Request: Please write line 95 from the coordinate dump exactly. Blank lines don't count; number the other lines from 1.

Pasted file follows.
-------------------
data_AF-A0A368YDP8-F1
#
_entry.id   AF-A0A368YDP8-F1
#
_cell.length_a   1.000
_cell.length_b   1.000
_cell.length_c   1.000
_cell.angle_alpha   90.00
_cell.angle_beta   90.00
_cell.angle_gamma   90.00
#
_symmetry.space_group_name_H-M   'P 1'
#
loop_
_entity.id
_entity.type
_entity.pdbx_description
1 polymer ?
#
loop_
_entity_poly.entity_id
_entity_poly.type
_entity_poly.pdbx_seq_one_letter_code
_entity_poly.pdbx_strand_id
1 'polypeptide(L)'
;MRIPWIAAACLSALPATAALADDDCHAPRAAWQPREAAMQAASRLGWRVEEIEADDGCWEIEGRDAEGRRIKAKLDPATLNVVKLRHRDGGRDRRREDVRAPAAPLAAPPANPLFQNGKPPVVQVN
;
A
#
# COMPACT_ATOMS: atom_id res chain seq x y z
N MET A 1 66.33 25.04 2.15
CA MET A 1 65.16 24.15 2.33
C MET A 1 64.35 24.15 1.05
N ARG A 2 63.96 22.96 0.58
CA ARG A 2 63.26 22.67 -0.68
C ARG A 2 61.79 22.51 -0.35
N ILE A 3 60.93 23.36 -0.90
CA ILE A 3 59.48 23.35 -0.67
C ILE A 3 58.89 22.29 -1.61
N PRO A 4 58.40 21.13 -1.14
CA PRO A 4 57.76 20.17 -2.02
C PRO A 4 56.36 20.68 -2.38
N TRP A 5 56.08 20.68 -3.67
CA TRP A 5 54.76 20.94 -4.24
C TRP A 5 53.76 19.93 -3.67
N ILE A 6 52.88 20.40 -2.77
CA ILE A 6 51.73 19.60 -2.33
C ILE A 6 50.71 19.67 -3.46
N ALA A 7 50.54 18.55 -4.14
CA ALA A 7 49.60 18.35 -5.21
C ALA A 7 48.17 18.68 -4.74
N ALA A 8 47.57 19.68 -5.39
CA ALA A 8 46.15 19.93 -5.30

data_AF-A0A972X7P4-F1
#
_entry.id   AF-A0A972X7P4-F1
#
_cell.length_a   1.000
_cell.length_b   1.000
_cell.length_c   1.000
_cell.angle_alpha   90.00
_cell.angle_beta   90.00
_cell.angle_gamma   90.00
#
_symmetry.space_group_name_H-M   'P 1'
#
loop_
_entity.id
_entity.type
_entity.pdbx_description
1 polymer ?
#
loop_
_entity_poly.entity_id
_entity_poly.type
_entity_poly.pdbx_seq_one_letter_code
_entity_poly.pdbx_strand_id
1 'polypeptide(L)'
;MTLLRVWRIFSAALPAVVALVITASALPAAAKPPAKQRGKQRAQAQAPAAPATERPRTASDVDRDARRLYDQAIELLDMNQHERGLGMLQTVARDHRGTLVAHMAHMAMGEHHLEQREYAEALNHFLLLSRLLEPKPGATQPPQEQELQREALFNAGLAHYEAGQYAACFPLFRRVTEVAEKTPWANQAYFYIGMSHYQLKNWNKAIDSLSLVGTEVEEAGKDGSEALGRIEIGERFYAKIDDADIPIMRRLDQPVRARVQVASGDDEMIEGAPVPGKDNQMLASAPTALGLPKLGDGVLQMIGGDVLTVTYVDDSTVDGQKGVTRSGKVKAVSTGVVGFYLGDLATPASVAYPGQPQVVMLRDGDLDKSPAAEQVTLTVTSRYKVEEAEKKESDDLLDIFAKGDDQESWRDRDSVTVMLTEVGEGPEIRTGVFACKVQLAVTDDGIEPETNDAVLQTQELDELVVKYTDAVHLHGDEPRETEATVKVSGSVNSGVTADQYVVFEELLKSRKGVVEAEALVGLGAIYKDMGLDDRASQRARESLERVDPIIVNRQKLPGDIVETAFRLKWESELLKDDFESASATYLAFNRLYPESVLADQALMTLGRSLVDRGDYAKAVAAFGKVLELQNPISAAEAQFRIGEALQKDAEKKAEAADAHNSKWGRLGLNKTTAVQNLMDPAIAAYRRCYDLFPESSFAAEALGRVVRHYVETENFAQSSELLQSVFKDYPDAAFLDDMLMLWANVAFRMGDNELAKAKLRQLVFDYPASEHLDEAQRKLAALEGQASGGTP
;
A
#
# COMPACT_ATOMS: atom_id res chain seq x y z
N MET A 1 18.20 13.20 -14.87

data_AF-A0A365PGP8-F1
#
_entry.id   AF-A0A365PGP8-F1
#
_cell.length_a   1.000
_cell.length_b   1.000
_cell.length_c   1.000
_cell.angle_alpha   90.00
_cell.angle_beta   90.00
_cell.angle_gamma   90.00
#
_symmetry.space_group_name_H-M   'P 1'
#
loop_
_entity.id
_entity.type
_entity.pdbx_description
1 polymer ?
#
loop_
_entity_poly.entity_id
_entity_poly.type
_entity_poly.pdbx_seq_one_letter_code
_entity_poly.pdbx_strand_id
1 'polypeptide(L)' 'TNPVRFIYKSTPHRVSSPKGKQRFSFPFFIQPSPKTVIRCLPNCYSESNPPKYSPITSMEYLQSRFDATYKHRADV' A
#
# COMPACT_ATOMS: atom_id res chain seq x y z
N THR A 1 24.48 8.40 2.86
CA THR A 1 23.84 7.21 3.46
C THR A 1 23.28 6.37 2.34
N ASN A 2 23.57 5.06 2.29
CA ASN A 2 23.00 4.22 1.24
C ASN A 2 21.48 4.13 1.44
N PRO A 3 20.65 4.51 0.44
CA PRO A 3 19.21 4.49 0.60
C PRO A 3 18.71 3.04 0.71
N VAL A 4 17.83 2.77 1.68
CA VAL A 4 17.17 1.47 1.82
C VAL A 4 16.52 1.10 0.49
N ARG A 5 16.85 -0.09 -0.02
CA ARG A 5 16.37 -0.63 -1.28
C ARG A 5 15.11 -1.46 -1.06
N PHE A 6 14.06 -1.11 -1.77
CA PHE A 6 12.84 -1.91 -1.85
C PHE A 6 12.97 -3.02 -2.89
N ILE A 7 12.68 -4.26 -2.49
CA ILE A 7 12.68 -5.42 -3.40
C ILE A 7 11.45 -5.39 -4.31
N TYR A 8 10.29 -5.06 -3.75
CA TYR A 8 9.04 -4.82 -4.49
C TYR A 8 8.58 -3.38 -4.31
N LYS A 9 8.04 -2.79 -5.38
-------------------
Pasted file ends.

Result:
#